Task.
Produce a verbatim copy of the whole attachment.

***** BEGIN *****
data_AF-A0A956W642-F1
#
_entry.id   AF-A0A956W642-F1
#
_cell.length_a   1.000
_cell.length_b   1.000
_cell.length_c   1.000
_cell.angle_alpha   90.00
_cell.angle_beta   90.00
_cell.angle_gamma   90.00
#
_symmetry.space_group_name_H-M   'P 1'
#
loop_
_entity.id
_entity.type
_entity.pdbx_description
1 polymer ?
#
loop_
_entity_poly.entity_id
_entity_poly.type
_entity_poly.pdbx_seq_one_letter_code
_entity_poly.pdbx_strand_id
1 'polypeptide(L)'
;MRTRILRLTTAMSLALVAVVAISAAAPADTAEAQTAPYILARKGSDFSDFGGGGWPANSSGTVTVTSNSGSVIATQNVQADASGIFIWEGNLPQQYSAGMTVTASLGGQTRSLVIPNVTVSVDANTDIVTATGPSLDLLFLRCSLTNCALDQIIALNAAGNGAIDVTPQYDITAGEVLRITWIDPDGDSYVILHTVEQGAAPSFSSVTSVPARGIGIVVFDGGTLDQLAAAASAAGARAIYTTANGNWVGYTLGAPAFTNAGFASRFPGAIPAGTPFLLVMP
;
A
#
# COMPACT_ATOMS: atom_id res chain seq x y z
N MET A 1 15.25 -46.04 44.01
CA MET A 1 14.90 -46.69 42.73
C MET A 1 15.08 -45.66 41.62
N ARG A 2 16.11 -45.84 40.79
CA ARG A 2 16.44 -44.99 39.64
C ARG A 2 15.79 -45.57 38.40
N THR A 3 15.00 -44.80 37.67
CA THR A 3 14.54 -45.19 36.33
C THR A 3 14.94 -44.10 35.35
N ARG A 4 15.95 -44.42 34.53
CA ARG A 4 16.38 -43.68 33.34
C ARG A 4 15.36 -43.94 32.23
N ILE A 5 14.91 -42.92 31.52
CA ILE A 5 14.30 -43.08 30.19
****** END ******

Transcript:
data_AF-A0A956W642-F1
#
_entry.id   AF-A0A956W642-F1
#
_cell.length_a   1.000
_cell.length_b   1.000
_cell.length_c   1.000
_cell.angle_alpha   90.00
_cell.angle_beta   90.00
_cell.angle_gamma   90.00
#
_symmetry.space_group_name_H-M   'P 1'
#
loop_
_entity.id
_entity.type
_entity.pdbx_description
1 polymer ?
#
loop_
_entity_poly.entity_id
_entity_poly.type
_entity_poly.pdbx_seq_one_letter_code
_entity_poly.pdbx_strand_id
1 'polypeptide(L)'
;MRTRILRLTTAMSLALVAVVAISAAAPADTAEAQTAPYILARKGSDFSDFGGGGWPANSSGTVTVTSNSGSVIATQNVQADASGIFIWEGNLPQQYSAGMTVTASLGGQTRSLVIPNVTVSVDANTDIVTATGPSLDLLFLRCSLTNCALDQIIALNAAGNGAIDVTPQYDITAGEVLRITWIDPDGDSYVILHTVEQGAAPSFSSVTSVPARGIGIVVFDGGTLDQLAAAASAAGARAIYTTANGNWVGYTLGAPAFTNAGFASRFPGAIPAGTPFLLVMP
;
A
#
# COMPACT_ATOMS: atom_id res chain seq x y z
N MET A 1 15.25 -46.04 44.01
CA MET A 1 14.90 -46.69 42.73
C MET A 1 15.08 -45.66 41.62
N ARG A 2 16.11 -45.84 40.79
CA ARG A 2 16.44 -44.99 39.64
C ARG A 2 15.79 -45.57 38.40
N THR A 3 15.00 -44.80 37.67
CA THR A 3 14.54 -45.19 36.33
C THR A 3 14.94 -44.10 35.35
N ARG A 4 15.95 -44.42 34.53
CA ARG A 4 16.38 -43.68 33.34
C ARG A 4 15.36 -43.94 32.23
N ILE A 5 14.91 -42.92 31.52
CA ILE A 5 14.30 -43.08 30.19